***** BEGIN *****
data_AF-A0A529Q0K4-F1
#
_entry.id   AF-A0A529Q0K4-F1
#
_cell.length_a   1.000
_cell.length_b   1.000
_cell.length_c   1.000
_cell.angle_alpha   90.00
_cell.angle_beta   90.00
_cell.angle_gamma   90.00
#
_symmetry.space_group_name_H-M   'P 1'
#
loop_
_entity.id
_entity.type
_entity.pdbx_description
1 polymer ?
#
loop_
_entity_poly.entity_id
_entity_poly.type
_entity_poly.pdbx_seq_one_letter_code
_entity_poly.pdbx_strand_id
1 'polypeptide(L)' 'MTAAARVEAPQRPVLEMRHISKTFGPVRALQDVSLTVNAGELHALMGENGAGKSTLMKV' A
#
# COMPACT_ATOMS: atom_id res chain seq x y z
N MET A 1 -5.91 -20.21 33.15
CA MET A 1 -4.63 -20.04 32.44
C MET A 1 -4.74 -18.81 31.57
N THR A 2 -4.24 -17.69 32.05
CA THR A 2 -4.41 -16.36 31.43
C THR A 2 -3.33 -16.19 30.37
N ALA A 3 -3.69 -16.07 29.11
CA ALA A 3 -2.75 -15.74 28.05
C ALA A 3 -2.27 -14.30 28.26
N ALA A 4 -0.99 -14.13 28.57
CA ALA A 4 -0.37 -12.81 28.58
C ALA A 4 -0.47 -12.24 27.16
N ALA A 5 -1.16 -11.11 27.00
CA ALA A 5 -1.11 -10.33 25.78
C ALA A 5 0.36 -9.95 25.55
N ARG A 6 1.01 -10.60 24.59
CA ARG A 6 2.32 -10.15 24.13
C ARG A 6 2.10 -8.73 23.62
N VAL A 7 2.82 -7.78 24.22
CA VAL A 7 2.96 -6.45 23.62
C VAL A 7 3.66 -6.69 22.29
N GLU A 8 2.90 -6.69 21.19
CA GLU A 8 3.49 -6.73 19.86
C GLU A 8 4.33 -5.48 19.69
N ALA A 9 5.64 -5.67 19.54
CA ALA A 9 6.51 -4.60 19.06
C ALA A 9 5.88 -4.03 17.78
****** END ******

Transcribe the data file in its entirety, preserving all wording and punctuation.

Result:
data_AF-A0A529Q0K4-F1
#
_entry.id   AF-A0A529Q0K4-F1
#
_cell.length_a   1.000
_cell.length_b   1.000
_cell.length_c   1.000
_cell.angle_alpha   90.00
_cell.angle_beta   90.00
_cell.angle_gamma   90.00
#
_symmetry.space_group_name_H-M   'P 1'
#
loop_
_entity.id
_entity.type
_entity.pdbx_description
1 polymer ?
#
loop_
_entity_poly.entity_id
_entity_poly.type
_entity_poly.pdbx_seq_one_letter_code
_entity_poly.pdbx_strand_id
1 'polypeptide(L)' 'MTAAARVEAPQRPVLEMRHISKTFGPVRALQDVSLTVNAGELHALMGENGAGKSTLMKV' A
#
# COMPACT_ATOMS: atom_id res chain seq x y z
N MET A 1 -5.91 -20.21 33.15
CA MET A 1 -4.63 -20.04 32.44
C MET A 1 -4.74 -18.81 31.57
N THR A 2 -4.24 -17.69 32.05
CA THR A 2 -4.41 -16.36 31.43
C THR A 2 -3.33 -16.19 30.37
N ALA A 3 -3.69 -16.07 29.11
CA ALA A 3 -2.75 -15.74 28.05
C ALA A 3 -2.27 -14.30 28.26
N ALA A 4 -0.99 -14.13 28.57
CA ALA A 4 -0.37 -12.81 28.58
C ALA A 4 -0.47 -12.24 27.16
N ALA A 5 -1.16 -11.11 27.00
CA ALA A 5 -1.11 -10.33 25.78
C ALA A 5 0.36 -9.95 25.55
N ARG A 6 1.01 -10.60 24.59
CA ARG A 6 2.32 -10.15 24.13
C ARG A 6 2.10 -8.73 23.62
N VAL A 7 2.82 -7.78 24.22
CA VAL A 7 2.96 -6.45 23.62
C VAL A 7 3.66 -6.69 22.29
N GLU A 8 2.90 -6.69 21.19
CA GLU A 8 3.49 -6.73 19.86
C GLU A 8 4.33 -5.48 19.69
N ALA A 9 5.64 -5.67 19.54
CA ALA A 9 6.51 -4.60 19.06
C ALA A 9 5.88 -4.03 17.78